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Juliet Ezechie
Head of International

Alleviating food security associated with climate change

One of the biggest challenges that climate change poses is its potential to disrupt agriculture and threaten food security: the availability and access to food. Climate scientists from the Met Office and food security analysts at the World Food Programme agree that some of the world’s regions could be seriously harmed by climate change.

In sub-Saharan Africa, smallholder farmers account for 60% of the population and almost a quarter of GDP comes from agriculture. With 96% of African agriculture dependent on rainfall and up to 50% of fisheries related jobs estimated to be lost by 2050, climate change poses a very serious threat to livelihoods in Africa.

At the same time as the climate emergency, Africa is experiencing a population explosion. Africa’s population is growing at 2.7% a year, which is more than twice as fast as South Asia and Latin America. Given current rates, Africa’s population is set to double by 2050.

This means food production in Africa needs to dramatically increase while the conditions for growing that food are becoming more unpredictable. Climate related risks, including increased extreme weather events, are a great threat to food security as they can increase the risk of crop failure. Extreme weather events like heat waves, floods and intense rain are increasing in intensity, frequency and severity across many parts of Africa due to climate change.

Geospatial data, tools and techniques have an important role to play in ensuring food security. Geographic Information Systems (GIS) in agriculture can help farmers to achieve increased production and reduced costs by enabling better management of land resources.

New technology is helping to usher in a new era of farming known as precision agriculture. Geospatial data and software underpins precision agriculture, which is highly dependent on digital maps and Global Navigation Satellite Systems (GNSS) like GPS.

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GIS software can help you visualise and understand how different variables, like soil type, wind direction, and rainfall are affecting your yield, and provide analysis on how to increase it. Using sensors, drones and software analysis, farmers are increasing their yields by harnessing highly accurate geospatial data to be more precise with their interventions.

Precision agriculture, underpinned by GIS, can help you to:

  • Increase crop yield by 11%
  • Reduce herbicide by 15%
  • Reduce fossil fuel usage by 16%
  • Reduce water usage by 21%

Geospatial tools can help your nation to manage this increased risk and predict crop failure and drought. Digital basemaps can now be built quickly and cheaply using automation and satellite imagery, with Earth observation data collected over many years providing information on land use, water availability and soil type to give you analytic and predictive power to boost your food security.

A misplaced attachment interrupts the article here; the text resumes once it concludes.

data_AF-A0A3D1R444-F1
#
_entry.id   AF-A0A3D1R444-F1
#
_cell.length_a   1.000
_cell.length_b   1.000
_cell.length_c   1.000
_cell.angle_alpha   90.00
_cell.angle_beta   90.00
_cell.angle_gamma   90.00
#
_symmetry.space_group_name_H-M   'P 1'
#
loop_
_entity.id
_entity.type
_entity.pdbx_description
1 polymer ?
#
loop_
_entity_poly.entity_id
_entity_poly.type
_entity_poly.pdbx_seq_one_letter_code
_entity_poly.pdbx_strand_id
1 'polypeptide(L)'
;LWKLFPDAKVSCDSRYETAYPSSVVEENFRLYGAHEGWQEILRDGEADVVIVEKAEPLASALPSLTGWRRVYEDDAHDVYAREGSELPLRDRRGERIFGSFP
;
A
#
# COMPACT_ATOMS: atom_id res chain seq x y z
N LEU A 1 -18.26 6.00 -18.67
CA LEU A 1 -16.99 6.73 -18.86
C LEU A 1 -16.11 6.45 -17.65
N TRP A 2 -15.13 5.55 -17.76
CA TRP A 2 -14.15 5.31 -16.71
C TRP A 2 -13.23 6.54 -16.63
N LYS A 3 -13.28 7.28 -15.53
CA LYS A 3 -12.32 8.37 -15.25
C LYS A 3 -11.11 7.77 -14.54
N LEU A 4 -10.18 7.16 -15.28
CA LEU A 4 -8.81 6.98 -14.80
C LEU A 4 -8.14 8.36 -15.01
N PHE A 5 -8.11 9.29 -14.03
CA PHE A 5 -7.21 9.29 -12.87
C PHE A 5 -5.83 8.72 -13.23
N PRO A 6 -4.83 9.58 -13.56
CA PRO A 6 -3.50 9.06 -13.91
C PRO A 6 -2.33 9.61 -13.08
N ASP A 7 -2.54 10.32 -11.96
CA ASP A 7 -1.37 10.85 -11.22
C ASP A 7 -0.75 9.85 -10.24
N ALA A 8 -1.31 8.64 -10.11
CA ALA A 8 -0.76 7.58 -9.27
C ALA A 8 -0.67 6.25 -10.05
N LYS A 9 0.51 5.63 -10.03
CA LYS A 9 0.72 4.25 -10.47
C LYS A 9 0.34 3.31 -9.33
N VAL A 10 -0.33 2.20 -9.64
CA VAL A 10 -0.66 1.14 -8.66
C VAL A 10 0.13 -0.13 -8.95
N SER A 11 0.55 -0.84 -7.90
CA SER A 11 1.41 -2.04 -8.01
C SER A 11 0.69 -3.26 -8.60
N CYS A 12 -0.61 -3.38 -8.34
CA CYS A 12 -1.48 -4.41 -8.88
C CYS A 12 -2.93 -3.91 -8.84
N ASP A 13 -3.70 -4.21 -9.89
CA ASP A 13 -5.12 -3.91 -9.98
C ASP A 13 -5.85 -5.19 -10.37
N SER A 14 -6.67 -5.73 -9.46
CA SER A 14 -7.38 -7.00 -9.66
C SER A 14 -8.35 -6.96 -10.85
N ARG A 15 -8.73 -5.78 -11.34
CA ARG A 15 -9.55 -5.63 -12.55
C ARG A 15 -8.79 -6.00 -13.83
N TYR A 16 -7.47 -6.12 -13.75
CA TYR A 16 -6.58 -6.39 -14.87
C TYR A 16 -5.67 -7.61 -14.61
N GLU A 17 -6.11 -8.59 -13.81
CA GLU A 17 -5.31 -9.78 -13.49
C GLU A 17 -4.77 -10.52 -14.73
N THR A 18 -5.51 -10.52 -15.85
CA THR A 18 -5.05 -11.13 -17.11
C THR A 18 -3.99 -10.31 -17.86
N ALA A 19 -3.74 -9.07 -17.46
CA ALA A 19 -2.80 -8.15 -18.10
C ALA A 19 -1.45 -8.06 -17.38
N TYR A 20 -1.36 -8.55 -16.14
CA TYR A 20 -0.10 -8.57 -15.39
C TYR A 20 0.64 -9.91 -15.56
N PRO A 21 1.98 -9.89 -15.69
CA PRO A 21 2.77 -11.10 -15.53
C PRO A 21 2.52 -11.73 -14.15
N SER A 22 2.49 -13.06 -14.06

A prime example of a geospatial tool helping to increase food security is the SERVIR frost map app. In East Africa, frost causes millions of dollars in damage to crops such as tea and coffee. To help combat this, a development organisation called SERVIR developed a frost alert app for farmers in Kenya, a joint development initiative of NASA and USAID. It works in partnership with leading regional organisations world-wide to help countries use information provided by Earth observing satellites and geospatial technologies for managing climate risks and land use.

SERVIR's Africa hub designed and implemented an automated, near real-time frost mapping system that identifies and displays frost-impacted areas by analysing night-time land surface temperature datasets from NASA's Moderate Resolution Imaging Spectroradiometer (MODIS) aboard the Terra and Aqua satellites. Within a few hours of satellite data collection, the system delivers daily, user-friendly maps identifying areas with high potential for frost to the Kenya Meteorological Department and other end users. The maps' colour schemes make it readily apparent where problematic frost is likely to occur.

Geospatial data and tools like GIS are powerful enablers for elevating food security. GIS is central to our ability to optimise land management in order to increase the availability of food. It is also vital for calculating the carbon storage capacity of forests, peat bogs, and other natural carbon sinks.

Find out more about how geospatial data can help the fight against climate change and help you protect people, planet and prosperity in our ’See A Sustainable Future’ Report.

By Juliet Ezechie
Head of International